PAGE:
There’s a rentquake in English market towns, and we’ve barely noticed.
A new analysis sheds light on the ‘rentquake’ which has taken place across England since the start of the millennium. It shows that a growing proportion of people across all corners of our country are privately renting. While homeownership remains the preferred tenure for many, it has become ever more out of reach – and our stock of social housing has declined. This is important because, right now, the loss of a privately rented tenancy is the number one cause of homelessness.
It’s worth repeating, because it’s the elephant in the room when it comes to the housing crisis. This worrying fact is rarely acknowledged and yet a central issue in the ongoing housing crisis. In 2018, a far greater proportion of the adult population are at risk of homelessness than in 2001. The national picture shows a startling change in our population’s housing. Since the start of the century the proportion of adults living in the private rental sector (PRS) has more than doubled, from 11% of the adult population in 2001 to 28% now. Meanwhile, home ownership plummeted from 73% of the population to 59%.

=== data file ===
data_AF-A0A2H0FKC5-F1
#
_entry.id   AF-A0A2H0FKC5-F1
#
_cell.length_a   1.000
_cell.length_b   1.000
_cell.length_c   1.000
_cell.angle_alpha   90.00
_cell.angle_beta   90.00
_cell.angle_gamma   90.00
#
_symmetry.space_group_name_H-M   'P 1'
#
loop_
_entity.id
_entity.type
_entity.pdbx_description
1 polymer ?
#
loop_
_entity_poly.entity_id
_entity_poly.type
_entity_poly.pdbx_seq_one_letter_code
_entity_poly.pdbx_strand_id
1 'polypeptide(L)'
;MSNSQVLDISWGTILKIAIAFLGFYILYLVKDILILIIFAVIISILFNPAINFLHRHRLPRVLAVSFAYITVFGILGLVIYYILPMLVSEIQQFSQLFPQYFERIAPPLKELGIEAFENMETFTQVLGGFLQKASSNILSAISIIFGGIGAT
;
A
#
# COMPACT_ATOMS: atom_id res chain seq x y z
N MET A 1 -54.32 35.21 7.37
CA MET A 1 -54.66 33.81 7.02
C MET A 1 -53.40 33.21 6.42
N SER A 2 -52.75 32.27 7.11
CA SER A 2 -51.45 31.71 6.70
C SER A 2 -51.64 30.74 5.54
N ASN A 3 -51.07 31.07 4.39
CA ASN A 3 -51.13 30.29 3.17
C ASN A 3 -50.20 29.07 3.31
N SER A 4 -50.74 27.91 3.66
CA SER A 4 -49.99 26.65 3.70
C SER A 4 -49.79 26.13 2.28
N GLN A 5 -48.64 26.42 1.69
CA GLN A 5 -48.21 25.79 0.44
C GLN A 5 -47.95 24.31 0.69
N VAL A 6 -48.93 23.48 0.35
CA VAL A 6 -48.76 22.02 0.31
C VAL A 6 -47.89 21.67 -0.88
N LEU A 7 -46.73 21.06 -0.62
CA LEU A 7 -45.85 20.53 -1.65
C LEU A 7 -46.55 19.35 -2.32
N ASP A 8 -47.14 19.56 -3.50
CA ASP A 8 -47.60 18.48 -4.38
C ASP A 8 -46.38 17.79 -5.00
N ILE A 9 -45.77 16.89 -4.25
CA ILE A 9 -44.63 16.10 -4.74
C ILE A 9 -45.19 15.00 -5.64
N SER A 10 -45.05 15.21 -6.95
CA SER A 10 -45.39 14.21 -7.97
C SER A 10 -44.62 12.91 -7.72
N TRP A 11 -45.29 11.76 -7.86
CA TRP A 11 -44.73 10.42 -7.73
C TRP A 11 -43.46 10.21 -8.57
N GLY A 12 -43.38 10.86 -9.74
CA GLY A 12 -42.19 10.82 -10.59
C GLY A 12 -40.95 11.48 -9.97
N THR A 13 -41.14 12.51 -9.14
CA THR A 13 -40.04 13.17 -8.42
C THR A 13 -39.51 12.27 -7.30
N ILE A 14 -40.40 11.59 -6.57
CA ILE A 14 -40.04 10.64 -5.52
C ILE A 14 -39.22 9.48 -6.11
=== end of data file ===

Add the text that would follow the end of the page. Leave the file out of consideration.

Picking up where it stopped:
This all points to the biggest domestic tenure change for residents in all corners of England since the end of the Second World War.
In predominantly rural Sedgemoor, the private rented sector has increased by 23%. That mirrors South West cities like Exeter (25%), Bristol (25%), Bath & North East Somerset (23%) and Swindon (21%).